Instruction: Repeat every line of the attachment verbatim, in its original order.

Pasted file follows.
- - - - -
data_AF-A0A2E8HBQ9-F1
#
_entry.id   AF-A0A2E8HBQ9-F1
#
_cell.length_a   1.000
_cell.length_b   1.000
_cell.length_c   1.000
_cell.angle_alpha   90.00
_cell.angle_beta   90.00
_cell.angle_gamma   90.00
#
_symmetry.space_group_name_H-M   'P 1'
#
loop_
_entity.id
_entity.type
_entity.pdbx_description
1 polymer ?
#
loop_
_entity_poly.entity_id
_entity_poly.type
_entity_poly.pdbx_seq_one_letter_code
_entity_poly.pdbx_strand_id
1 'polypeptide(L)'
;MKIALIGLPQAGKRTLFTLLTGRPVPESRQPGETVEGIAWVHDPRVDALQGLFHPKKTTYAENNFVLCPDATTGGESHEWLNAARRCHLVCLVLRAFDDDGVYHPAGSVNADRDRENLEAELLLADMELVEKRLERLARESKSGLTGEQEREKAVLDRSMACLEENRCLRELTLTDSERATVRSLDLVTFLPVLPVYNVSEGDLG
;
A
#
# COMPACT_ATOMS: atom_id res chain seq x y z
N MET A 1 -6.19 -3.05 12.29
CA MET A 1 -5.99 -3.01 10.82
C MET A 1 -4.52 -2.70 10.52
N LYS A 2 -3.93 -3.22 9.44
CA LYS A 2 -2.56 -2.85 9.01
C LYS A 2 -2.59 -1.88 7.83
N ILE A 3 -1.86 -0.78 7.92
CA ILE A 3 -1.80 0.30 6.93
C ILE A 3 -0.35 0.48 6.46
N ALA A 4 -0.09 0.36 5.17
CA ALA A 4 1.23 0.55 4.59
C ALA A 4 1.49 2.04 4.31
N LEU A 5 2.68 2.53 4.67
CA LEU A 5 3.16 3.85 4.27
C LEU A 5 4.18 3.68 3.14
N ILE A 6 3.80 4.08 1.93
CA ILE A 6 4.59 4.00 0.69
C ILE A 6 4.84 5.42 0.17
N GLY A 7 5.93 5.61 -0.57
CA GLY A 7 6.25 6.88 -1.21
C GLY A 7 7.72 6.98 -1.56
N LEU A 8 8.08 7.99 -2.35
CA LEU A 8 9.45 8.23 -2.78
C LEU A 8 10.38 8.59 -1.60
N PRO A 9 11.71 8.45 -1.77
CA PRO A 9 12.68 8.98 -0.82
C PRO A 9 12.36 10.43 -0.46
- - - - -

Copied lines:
data_AF-A0A2E8HBQ9-F1
#
_entry.id   AF-A0A2E8HBQ9-F1
#
_cell.length_a   1.000
_cell.length_b   1.000
_cell.length_c   1.000
_cell.angle_alpha   90.00
_cell.angle_beta   90.00
_cell.angle_gamma   90.00
#
_symmetry.space_group_name_H-M   'P 1'
#
loop_
_entity.id
_entity.type
_entity.pdbx_description
1 polymer ?
#
loop_
_entity_poly.entity_id
_entity_poly.type
_entity_poly.pdbx_seq_one_letter_code
_entity_poly.pdbx_strand_id
1 'polypeptide(L)'
;MKIALIGLPQAGKRTLFTLLTGRPVPESRQPGETVEGIAWVHDPRVDALQGLFHPKKTTYAENNFVLCPDATTGGESHEWLNAARRCHLVCLVLRAFDDDGVYHPAGSVNADRDRENLEAELLLADMELVEKRLERLARESKSGLTGEQEREKAVLDRSMACLEENRCLRELTLTDSERATVRSLDLVTFLPVLPVYNVSEGDLG
;
A
#
# COMPACT_ATOMS: atom_id res chain seq x y z
N MET A 1 -6.19 -3.05 12.29
CA MET A 1 -5.99 -3.01 10.82
C MET A 1 -4.52 -2.70 10.52
N LYS A 2 -3.93 -3.22 9.44
CA LYS A 2 -2.56 -2.85 9.01
C LYS A 2 -2.59 -1.88 7.83
N ILE A 3 -1.86 -0.78 7.92
CA ILE A 3 -1.80 0.30 6.93
C ILE A 3 -0.35 0.48 6.46
N ALA A 4 -0.09 0.36 5.17
CA ALA A 4 1.23 0.55 4.59
C ALA A 4 1.49 2.04 4.31
N LEU A 5 2.68 2.53 4.67
CA LEU A 5 3.16 3.85 4.27
C LEU A 5 4.18 3.68 3.14
N ILE A 6 3.80 4.08 1.93
CA ILE A 6 4.59 4.00 0.69
C ILE A 6 4.84 5.42 0.17
N GLY A 7 5.93 5.61 -0.57
CA GLY A 7 6.25 6.88 -1.21
C GLY A 7 7.72 6.98 -1.56
N LEU A 8 8.08 7.99 -2.35
CA LEU A 8 9.45 8.23 -2.78
C LEU A 8 10.38 8.59 -1.60
N PRO A 9 11.71 8.45 -1.77
CA PRO A 9 12.68 8.98 -0.82
C PRO A 9 12.36 10.43 -0.46